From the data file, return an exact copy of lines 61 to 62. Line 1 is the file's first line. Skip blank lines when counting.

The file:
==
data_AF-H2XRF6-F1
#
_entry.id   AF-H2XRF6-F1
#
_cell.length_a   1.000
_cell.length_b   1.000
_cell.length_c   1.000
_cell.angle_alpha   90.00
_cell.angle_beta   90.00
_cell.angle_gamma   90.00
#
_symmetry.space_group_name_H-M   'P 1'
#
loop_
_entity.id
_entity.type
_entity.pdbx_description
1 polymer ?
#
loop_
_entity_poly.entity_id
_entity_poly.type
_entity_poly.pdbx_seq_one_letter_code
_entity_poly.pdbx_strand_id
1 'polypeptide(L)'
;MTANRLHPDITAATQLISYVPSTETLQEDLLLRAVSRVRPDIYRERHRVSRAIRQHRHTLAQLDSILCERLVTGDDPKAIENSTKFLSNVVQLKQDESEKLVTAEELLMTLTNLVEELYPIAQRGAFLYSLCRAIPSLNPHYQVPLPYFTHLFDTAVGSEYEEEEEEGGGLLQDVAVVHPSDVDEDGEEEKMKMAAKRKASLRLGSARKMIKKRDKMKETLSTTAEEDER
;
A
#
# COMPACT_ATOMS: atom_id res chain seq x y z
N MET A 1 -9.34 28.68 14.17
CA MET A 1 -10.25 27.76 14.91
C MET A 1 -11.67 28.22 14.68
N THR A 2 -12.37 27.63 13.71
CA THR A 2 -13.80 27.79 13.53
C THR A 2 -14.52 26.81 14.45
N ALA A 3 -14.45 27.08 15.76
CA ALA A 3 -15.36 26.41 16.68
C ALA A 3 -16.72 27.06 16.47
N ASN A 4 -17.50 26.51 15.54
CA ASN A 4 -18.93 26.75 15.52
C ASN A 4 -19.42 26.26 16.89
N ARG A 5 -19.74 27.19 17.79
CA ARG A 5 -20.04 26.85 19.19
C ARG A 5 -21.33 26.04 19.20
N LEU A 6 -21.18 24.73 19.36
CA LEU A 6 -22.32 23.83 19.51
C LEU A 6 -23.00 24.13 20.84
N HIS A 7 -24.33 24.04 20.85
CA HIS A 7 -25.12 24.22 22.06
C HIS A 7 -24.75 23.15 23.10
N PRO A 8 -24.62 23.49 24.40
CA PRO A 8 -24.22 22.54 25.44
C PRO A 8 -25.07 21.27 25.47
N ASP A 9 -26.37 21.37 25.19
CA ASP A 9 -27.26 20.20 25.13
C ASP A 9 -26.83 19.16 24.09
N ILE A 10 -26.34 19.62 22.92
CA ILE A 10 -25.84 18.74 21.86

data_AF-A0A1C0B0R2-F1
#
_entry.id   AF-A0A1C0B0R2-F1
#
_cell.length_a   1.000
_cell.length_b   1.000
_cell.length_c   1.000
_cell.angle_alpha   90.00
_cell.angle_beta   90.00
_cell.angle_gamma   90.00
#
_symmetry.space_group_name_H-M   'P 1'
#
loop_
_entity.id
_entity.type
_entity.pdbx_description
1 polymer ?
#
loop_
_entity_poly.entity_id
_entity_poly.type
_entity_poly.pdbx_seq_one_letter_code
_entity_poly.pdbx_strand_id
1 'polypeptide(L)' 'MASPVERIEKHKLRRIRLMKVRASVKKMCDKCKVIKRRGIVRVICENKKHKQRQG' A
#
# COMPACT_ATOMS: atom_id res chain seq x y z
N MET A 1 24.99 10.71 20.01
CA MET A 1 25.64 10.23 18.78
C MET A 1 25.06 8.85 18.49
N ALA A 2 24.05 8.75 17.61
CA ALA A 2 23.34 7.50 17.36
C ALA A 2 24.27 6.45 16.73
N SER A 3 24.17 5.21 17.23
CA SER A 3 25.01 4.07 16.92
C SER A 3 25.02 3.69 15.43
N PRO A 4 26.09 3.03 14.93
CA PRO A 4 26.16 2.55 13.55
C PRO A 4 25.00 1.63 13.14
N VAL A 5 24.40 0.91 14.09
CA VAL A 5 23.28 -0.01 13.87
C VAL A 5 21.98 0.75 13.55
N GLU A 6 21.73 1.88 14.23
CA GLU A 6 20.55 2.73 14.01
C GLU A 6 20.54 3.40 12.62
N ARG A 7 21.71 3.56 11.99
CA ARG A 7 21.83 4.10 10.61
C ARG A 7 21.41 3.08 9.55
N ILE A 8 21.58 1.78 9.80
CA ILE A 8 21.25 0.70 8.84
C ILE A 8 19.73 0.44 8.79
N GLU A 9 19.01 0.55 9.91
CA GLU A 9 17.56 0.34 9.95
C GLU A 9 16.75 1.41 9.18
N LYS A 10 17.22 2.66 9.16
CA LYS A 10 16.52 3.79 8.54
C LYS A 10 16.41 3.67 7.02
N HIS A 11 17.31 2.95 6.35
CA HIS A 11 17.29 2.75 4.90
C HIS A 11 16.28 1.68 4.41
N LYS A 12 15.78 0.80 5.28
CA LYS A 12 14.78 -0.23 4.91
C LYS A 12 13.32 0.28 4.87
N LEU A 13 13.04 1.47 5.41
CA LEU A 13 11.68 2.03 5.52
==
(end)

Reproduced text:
#
_entry.id   AF-A0A1C0B0R2-F1